I definitely agree with you there that the 20th cent is for political reasons that have snowballed since the dawn of any issue between Ireland and itself, and England and others. However I'm saying that while they may be literate yea they don't know the exact reason, so it's just the modern racism and nationalism. There's no decisive precise intelligent logical reason for being against the Irish in modern times so they just accuse them of the cliches like being tramps and druggies and criminals and not English and terrorists. I and everyone else I'm sure knows that any Irish terrorism has to do with these generational issues that spawned from long ago, I wasn't tryna minimise those issues, I was trying to minimise the contemporary pointlessness of still having those issues. I only see Irish people being ****ged off if they're in caravans and chavvy and drunken etc because that conveniently gives people that right to say, well there's the Irish
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    (Original post by l'insegnante)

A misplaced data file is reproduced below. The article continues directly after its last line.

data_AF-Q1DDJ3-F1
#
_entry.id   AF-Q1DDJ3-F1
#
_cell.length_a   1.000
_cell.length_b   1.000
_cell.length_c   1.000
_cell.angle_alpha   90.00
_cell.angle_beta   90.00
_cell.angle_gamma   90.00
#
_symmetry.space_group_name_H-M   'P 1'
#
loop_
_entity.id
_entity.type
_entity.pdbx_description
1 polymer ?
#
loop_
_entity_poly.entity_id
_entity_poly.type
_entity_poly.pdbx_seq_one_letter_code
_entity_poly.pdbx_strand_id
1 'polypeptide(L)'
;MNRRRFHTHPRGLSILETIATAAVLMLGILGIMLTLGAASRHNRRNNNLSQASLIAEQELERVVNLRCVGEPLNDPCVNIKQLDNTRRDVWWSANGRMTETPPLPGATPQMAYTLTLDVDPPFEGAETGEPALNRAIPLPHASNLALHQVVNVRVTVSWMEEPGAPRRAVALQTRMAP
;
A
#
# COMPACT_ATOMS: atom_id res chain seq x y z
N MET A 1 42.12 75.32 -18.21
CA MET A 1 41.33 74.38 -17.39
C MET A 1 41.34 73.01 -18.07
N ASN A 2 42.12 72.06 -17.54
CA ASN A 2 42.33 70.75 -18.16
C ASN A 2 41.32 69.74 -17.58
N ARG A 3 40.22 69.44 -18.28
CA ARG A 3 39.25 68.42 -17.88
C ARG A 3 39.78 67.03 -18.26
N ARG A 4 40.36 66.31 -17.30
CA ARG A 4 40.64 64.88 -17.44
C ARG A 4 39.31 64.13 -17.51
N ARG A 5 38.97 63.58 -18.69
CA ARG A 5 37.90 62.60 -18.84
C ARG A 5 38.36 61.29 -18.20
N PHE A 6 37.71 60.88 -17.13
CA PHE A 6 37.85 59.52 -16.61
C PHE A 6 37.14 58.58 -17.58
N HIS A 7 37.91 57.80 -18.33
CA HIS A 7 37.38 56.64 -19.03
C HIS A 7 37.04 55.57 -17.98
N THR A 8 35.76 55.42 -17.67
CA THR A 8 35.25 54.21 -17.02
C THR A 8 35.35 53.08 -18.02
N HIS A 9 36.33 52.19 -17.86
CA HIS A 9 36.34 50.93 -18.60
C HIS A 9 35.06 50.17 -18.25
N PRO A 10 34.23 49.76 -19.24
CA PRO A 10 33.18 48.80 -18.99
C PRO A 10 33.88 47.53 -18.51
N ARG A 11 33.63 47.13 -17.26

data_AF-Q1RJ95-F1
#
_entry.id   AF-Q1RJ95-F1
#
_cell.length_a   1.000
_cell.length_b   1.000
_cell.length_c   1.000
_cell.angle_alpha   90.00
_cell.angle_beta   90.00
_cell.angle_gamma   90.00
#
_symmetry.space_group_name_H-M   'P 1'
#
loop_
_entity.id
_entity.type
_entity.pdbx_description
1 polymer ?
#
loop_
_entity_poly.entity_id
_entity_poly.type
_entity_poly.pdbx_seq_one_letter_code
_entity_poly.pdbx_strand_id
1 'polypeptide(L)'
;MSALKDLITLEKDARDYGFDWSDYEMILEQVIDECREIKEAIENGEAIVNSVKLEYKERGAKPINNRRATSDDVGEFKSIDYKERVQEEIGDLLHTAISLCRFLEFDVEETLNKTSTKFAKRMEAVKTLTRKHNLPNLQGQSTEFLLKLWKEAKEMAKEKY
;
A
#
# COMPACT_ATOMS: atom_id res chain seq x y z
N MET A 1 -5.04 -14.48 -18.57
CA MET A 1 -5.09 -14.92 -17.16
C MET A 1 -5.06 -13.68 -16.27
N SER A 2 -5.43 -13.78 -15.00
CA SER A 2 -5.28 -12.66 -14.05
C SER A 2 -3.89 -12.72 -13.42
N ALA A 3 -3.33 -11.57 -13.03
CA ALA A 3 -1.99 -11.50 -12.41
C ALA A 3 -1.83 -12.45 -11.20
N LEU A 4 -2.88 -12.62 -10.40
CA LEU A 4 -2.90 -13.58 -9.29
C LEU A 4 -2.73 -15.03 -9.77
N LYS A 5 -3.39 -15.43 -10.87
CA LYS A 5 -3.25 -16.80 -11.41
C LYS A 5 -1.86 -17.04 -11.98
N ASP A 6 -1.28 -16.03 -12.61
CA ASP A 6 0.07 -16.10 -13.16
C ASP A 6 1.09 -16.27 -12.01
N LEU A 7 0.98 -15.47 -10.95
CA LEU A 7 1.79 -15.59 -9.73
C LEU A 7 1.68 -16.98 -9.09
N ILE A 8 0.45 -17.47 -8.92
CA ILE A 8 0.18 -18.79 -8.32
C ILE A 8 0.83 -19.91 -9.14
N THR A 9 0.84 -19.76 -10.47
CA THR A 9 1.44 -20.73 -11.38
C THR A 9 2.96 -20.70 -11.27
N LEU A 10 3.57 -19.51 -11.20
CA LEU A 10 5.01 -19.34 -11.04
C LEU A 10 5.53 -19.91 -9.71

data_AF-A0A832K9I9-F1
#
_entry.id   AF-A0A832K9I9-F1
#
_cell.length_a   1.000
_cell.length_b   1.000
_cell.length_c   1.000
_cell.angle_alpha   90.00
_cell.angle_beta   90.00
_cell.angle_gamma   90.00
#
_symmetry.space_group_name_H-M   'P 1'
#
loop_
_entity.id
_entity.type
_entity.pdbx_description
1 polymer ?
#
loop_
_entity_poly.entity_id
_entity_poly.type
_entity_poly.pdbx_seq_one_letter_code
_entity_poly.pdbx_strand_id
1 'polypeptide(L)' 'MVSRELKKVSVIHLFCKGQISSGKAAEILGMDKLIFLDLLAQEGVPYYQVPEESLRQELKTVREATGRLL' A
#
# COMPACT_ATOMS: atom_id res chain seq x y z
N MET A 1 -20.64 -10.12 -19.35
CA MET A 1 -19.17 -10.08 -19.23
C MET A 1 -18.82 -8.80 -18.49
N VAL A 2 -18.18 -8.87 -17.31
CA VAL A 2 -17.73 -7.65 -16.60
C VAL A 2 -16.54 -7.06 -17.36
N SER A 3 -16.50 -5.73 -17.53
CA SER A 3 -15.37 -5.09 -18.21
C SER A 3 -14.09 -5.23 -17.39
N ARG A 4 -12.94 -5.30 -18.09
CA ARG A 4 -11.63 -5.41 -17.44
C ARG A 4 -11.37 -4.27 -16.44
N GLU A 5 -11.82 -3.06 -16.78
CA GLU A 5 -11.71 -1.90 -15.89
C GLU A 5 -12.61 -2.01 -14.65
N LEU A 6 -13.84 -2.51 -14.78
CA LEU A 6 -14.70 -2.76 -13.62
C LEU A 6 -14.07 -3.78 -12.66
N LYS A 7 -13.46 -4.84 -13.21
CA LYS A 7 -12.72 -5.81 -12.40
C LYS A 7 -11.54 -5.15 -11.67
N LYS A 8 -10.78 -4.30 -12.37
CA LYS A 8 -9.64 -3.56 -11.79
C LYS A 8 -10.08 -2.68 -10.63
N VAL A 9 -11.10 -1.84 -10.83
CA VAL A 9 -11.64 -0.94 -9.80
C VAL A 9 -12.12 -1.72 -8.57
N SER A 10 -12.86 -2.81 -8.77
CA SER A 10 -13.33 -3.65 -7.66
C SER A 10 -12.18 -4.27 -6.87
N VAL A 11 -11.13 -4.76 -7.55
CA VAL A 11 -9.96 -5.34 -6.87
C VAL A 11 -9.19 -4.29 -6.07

No it creates opportunity for lessons on respect of other cultures to be taught. And a lesson that just because you do not agree with something it doesn't mean its wrong.

    You clearly need a lesson on respect. It is a human right for someone to practice a religion of their choice.
    Its a good job most people in this world are not as bigoted as yourself.
    I haven't denied any rights. Critcising encouragement of religion is not bigoted or dogmatic, though that it is ironic coming from a Christian.

    The problems that will not go away over night. The wounds of the past are healing and progress is being made. Considering the history you cannot expect them to go away. Remove the religion and the problem would still be there.
    I agree and religion exacerbates those problems by clouding the solution and sustaining the problem.